2 Chronicles 9:13-28 . HIS RICHES.

13. Now the weight of gold that came to Solomon in one
six hundred and threescore and six talents of gold--The sum named is equal to about $17,000,000; and if we take the proportion of silver ( 2 Chronicles 9:14 ), which is not taken into consideration, at one to nine, there would be about $2,000,000, making a yearly supply of nearly $19,000,000, being a vast amount for an infant effort in maritime commerce [NAPIER].

21. the king's ships went to Tarshish--rather, "the king's ships of Tarshish went" with the servants of Huram.
ships of Tarshish--that is, in burden and construction like the large vessels built for or used at Tarshish [CALMET, Fragments].

25. Solomon had four thousand stalls--It has been conjectured [GESENIUS, Hebrew Lexicon] that the original term may signify not only stall or stable, but a number of horses occupying the same number of stalls. Supposing that ten were put together in one part, this would make forty thousand. According to this theory of explanation, the historian in Kings refers to horses [see 1 Kings 10:26 ]; while the historian in Chronicles speaks of the stalls in which they were kept. But more recent critics reject this mode of solving the difficulty, and, regarding the four thousand stalls as in keeping with the general magnificence of Solomon's establishments, are agreed in considering the text in Kings as corrupt, through the error of some copyist.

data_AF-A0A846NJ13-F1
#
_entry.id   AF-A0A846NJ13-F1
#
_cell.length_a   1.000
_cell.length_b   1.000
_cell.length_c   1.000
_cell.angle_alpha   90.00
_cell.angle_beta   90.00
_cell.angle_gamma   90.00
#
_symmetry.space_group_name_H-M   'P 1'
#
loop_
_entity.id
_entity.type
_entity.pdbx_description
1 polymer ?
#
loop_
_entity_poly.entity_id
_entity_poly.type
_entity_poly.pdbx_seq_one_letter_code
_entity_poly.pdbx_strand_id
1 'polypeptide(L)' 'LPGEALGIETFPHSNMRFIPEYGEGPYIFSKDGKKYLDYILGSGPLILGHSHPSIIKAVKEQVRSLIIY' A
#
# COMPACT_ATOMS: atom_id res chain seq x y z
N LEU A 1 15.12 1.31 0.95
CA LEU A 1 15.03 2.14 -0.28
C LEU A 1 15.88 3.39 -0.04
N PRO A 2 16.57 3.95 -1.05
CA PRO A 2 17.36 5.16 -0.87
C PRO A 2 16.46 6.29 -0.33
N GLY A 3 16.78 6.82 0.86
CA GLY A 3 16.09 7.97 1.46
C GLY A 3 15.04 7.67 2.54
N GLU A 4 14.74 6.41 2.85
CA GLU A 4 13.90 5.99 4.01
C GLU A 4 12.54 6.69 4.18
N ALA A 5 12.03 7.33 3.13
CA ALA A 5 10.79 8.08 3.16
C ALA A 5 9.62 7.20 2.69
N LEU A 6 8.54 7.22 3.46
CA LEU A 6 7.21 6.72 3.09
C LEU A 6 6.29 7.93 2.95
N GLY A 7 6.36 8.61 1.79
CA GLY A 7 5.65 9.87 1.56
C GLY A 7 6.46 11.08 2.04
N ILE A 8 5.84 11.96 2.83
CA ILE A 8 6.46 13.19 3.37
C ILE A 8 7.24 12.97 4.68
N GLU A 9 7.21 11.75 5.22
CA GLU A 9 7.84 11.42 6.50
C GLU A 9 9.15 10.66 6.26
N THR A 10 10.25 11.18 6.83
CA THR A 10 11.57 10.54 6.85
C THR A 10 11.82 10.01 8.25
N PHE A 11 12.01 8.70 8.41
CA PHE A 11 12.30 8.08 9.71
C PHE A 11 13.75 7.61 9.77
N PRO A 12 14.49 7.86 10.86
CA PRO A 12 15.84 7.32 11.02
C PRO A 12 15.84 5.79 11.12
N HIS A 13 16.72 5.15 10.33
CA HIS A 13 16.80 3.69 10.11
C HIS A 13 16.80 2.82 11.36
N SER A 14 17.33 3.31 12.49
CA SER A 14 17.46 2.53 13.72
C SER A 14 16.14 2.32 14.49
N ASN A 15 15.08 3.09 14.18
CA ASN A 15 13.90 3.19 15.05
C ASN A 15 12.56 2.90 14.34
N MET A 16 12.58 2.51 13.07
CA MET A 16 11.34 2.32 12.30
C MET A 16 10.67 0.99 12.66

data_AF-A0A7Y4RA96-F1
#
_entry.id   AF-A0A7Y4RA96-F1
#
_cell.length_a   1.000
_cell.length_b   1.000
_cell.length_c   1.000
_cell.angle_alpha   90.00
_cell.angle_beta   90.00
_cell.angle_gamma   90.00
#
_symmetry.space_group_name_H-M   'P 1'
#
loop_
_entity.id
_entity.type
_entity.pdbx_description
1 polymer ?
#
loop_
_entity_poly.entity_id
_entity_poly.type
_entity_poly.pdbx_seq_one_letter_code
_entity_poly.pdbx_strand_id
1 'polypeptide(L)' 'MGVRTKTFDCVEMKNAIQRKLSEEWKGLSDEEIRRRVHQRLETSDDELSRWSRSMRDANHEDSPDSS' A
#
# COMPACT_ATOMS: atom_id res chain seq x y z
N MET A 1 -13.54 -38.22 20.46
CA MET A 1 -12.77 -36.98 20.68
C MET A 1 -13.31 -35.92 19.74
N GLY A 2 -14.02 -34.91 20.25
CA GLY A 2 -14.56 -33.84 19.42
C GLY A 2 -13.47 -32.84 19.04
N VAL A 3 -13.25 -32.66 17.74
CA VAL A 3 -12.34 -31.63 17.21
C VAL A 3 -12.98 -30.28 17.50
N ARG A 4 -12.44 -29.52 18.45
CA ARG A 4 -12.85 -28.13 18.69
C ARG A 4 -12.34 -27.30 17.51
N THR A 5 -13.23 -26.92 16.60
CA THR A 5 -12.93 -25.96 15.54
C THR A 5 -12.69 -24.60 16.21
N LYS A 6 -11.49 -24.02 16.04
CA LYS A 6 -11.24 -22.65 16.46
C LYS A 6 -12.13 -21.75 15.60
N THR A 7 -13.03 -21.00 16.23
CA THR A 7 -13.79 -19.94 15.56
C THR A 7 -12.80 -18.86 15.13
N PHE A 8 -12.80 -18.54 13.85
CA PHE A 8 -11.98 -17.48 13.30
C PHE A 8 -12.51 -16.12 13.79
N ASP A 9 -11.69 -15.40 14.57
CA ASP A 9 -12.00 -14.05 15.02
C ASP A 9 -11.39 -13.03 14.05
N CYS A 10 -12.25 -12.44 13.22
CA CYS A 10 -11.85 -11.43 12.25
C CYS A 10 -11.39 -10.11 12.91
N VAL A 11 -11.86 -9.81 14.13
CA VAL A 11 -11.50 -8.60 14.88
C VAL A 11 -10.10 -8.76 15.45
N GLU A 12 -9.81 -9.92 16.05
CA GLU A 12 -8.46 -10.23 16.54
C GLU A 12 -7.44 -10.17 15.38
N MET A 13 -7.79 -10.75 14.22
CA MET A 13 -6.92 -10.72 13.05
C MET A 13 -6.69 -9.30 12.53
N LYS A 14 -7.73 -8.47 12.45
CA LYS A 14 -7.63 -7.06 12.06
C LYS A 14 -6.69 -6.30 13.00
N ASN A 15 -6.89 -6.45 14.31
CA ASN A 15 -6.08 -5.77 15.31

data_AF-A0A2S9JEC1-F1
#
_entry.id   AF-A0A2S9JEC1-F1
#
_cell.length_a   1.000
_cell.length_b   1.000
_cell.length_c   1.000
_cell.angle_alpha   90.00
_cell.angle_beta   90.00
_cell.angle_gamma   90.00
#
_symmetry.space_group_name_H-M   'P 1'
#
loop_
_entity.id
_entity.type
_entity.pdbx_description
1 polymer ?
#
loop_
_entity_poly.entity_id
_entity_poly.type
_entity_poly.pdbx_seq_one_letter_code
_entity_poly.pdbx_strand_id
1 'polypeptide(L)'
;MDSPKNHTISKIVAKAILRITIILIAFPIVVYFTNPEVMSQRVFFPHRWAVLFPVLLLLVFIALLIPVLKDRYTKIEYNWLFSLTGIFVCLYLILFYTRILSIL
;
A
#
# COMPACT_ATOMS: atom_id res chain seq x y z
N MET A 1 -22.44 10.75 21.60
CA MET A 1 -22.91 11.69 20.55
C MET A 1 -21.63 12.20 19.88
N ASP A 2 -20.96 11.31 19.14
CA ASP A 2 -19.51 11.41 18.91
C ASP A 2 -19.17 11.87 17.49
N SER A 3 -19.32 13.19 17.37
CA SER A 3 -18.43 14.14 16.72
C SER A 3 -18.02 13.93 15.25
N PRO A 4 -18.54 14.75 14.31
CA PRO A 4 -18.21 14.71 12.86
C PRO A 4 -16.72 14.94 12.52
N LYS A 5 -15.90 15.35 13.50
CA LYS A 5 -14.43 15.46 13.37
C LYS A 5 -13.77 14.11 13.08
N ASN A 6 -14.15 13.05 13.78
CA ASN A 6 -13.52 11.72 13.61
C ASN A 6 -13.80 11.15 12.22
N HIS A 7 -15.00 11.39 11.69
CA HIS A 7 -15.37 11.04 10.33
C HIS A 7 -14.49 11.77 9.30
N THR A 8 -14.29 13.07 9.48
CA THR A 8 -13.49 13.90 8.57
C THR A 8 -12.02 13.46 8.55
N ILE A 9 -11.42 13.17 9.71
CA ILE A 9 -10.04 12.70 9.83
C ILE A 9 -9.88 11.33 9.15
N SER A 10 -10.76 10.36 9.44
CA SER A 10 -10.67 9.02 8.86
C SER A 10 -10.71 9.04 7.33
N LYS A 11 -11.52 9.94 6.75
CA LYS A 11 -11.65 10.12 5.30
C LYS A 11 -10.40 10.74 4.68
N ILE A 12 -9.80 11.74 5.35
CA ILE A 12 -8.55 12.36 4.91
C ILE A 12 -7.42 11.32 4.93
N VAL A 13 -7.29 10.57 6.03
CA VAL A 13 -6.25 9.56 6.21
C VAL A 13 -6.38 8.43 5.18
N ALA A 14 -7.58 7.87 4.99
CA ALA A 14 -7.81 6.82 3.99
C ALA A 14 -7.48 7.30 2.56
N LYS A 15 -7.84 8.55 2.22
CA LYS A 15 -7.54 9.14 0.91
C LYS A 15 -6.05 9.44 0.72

28. they brought unto Solomon horses out of Solomon undoubtedly carried the Hebrew kingdom to its highest pitch of worldly glory. His completion of the grand work, the centralizing of the national worship at Jerusalem, whither the natives went up three times a year, has given his name a prominent place in the history of the ancient church. But his reign had a disastrous influence upon "the peculiar people," and the example of his deplorable idolatries, the connections he formed with foreign princes, the commercial speculations he entered into, and the luxuries introduced into the land, seem in a great measure to have altered and deteriorated the Jewish character.